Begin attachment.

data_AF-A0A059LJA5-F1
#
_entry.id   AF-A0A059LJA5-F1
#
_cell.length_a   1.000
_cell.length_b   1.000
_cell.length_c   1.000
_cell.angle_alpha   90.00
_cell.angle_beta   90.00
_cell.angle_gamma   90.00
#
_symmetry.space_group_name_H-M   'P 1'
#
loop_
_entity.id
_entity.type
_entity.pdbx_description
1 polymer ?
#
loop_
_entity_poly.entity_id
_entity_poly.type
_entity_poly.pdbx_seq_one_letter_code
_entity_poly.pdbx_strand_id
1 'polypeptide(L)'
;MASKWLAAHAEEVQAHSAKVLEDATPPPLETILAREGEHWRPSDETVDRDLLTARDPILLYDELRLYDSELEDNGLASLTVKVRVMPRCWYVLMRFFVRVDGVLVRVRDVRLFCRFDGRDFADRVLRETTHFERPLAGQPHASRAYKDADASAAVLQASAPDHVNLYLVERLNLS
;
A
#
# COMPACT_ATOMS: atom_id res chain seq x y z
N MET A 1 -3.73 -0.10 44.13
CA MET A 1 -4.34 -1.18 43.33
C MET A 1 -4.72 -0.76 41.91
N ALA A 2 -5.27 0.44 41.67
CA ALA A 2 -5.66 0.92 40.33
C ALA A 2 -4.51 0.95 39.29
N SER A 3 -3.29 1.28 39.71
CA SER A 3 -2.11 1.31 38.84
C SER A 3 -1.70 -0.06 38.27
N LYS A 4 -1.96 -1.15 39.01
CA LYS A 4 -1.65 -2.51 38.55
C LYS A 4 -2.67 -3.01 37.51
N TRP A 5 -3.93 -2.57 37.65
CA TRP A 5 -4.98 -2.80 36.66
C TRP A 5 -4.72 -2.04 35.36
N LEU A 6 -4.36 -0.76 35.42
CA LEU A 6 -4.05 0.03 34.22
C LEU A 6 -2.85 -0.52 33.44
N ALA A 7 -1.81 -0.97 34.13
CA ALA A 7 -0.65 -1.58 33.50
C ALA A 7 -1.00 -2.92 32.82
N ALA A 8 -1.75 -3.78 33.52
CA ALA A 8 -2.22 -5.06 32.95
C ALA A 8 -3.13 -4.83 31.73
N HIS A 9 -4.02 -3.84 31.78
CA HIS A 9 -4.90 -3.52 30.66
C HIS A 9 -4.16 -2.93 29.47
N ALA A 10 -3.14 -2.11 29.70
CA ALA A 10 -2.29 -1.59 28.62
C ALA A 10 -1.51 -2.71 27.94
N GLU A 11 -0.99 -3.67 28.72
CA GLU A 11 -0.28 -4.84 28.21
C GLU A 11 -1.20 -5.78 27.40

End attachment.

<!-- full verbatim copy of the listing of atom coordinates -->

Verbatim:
data_AF-A0A059LJA5-F1
#
_entry.id   AF-A0A059LJA5-F1
#
_cell.length_a   1.000
_cell.length_b   1.000
_cell.length_c   1.000
_cell.angle_alpha   90.00
_cell.angle_beta   90.00
_cell.angle_gamma   90.00
#
_symmetry.space_group_name_H-M   'P 1'
#
loop_
_entity.id
_entity.type
_entity.pdbx_description
1 polymer ?
#
loop_
_entity_poly.entity_id
_entity_poly.type
_entity_poly.pdbx_seq_one_letter_code
_entity_poly.pdbx_strand_id
1 'polypeptide(L)'
;MASKWLAAHAEEVQAHSAKVLEDATPPPLETILAREGEHWRPSDETVDRDLLTARDPILLYDELRLYDSELEDNGLASLTVKVRVMPRCWYVLMRFFVRVDGVLVRVRDVRLFCRFDGRDFADRVLRETTHFERPLAGQPHASRAYKDADASAAVLQASAPDHVNLYLVERLNLS
;
A
#
# COMPACT_ATOMS: atom_id res chain seq x y z
N MET A 1 -3.73 -0.10 44.13
CA MET A 1 -4.34 -1.18 43.33
C MET A 1 -4.72 -0.76 41.91
N ALA A 2 -5.27 0.44 41.67
CA ALA A 2 -5.66 0.92 40.33
C ALA A 2 -4.51 0.95 39.29
N SER A 3 -3.29 1.28 39.71
CA SER A 3 -2.11 1.31 38.84
C SER A 3 -1.70 -0.06 38.27
N LYS A 4 -1.96 -1.15 39.01
CA LYS A 4 -1.65 -2.51 38.55
C LYS A 4 -2.67 -3.01 37.51
N TRP A 5 -3.93 -2.57 37.65
CA TRP A 5 -4.98 -2.80 36.66
C TRP A 5 -4.72 -2.04 35.36
N LEU A 6 -4.36 -0.76 35.42
CA LEU A 6 -4.05 0.03 34.22
C LEU A 6 -2.85 -0.52 33.44
N ALA A 7 -1.81 -0.97 34.13
CA ALA A 7 -0.65 -1.58 33.50
C ALA A 7 -1.00 -2.92 32.82
N ALA A 8 -1.75 -3.78 33.52
CA ALA A 8 -2.22 -5.06 32.95
C ALA A 8 -3.13 -4.83 31.73
N HIS A 9 -4.02 -3.84 31.78
CA HIS A 9 -4.90 -3.52 30.66
C HIS A 9 -4.16 -2.93 29.47
N ALA A 10 -3.14 -2.11 29.70
CA ALA A 10 -2.29 -1.59 28.62
C ALA A 10 -1.51 -2.71 27.94
N GLU A 11 -0.99 -3.67 28.72
CA GLU A 11 -0.28 -4.84 28.21
C GLU A 11 -1.20 -5.78 27.40